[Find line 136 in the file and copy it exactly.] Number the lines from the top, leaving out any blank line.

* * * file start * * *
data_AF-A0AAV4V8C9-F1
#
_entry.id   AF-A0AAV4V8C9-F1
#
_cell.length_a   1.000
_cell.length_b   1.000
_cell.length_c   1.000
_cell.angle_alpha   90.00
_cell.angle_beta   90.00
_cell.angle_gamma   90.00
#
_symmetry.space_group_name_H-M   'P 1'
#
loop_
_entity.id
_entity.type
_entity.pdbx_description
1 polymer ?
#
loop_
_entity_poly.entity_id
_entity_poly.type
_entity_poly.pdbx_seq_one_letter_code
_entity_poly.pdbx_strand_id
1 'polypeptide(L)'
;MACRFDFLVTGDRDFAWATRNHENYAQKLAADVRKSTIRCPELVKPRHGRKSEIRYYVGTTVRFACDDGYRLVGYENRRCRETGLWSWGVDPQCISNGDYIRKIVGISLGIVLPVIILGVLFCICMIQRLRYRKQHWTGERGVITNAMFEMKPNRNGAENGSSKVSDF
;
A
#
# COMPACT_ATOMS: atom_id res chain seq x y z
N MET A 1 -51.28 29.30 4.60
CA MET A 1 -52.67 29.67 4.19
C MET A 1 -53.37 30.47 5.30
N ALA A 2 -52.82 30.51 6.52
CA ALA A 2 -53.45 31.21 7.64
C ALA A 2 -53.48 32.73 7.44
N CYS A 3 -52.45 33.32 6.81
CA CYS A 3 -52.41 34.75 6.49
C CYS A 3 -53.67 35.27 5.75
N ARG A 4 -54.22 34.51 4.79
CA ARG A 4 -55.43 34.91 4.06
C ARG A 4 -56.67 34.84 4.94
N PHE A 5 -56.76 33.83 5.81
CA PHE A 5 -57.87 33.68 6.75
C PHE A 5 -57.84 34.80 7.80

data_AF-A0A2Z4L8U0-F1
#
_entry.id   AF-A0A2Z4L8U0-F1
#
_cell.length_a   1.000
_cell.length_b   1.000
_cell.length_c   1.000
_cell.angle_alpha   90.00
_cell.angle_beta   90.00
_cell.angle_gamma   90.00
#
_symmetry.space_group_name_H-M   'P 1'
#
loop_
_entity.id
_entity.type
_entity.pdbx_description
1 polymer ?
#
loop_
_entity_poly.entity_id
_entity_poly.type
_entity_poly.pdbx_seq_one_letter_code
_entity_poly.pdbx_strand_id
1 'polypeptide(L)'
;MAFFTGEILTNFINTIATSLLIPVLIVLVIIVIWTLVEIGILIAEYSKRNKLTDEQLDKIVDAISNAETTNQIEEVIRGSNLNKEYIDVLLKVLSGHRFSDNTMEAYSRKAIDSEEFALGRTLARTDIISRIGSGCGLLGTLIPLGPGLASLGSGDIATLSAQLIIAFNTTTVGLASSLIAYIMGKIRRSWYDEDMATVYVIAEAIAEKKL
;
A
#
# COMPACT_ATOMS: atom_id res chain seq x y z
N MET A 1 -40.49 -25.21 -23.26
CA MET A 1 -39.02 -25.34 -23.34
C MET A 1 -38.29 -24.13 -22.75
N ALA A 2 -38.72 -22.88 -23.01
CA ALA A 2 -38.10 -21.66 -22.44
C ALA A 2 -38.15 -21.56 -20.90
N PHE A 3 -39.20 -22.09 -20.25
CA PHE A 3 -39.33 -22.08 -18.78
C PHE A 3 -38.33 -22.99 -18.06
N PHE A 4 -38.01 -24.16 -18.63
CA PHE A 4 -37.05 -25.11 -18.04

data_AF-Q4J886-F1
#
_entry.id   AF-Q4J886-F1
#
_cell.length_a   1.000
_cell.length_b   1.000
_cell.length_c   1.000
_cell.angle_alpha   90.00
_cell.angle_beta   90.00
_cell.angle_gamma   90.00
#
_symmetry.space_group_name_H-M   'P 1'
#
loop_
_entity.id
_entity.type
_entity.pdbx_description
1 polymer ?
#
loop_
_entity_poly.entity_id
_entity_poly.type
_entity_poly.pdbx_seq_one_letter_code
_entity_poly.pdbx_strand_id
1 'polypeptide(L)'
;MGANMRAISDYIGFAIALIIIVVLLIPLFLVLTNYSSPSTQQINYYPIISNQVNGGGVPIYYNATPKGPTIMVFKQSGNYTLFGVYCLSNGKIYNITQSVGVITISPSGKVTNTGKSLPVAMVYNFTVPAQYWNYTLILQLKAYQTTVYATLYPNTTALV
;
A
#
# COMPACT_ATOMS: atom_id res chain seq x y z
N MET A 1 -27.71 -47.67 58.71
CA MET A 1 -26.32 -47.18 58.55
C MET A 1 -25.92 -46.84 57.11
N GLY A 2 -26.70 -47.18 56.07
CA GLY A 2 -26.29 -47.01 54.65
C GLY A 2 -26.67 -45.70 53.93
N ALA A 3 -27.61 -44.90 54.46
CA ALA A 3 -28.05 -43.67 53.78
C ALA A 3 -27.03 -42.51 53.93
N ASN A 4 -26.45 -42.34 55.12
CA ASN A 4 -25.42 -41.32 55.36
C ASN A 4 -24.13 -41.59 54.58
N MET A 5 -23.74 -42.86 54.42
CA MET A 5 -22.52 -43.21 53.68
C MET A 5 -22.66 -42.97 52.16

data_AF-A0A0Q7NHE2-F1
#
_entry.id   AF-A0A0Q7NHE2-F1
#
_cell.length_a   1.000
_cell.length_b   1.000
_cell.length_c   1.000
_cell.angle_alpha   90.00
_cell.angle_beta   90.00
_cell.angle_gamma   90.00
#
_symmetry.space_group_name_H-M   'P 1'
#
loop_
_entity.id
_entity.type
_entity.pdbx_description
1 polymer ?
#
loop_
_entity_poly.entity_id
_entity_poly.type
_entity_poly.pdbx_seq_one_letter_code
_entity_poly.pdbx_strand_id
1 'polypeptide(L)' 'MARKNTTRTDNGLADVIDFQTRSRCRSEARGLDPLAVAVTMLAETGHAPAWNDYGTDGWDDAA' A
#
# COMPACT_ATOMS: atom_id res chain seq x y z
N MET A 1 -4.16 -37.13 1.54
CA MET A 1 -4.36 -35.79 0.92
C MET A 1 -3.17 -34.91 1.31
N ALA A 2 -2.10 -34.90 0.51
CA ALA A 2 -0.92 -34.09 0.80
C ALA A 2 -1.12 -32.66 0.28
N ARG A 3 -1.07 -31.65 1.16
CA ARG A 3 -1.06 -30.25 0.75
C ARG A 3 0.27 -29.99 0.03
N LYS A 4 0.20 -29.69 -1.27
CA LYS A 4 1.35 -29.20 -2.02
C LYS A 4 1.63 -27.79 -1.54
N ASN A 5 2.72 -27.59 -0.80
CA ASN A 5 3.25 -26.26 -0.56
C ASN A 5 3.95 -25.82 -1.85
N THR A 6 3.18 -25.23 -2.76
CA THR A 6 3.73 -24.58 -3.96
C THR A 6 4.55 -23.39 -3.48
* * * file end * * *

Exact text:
_cell.length_a   1.000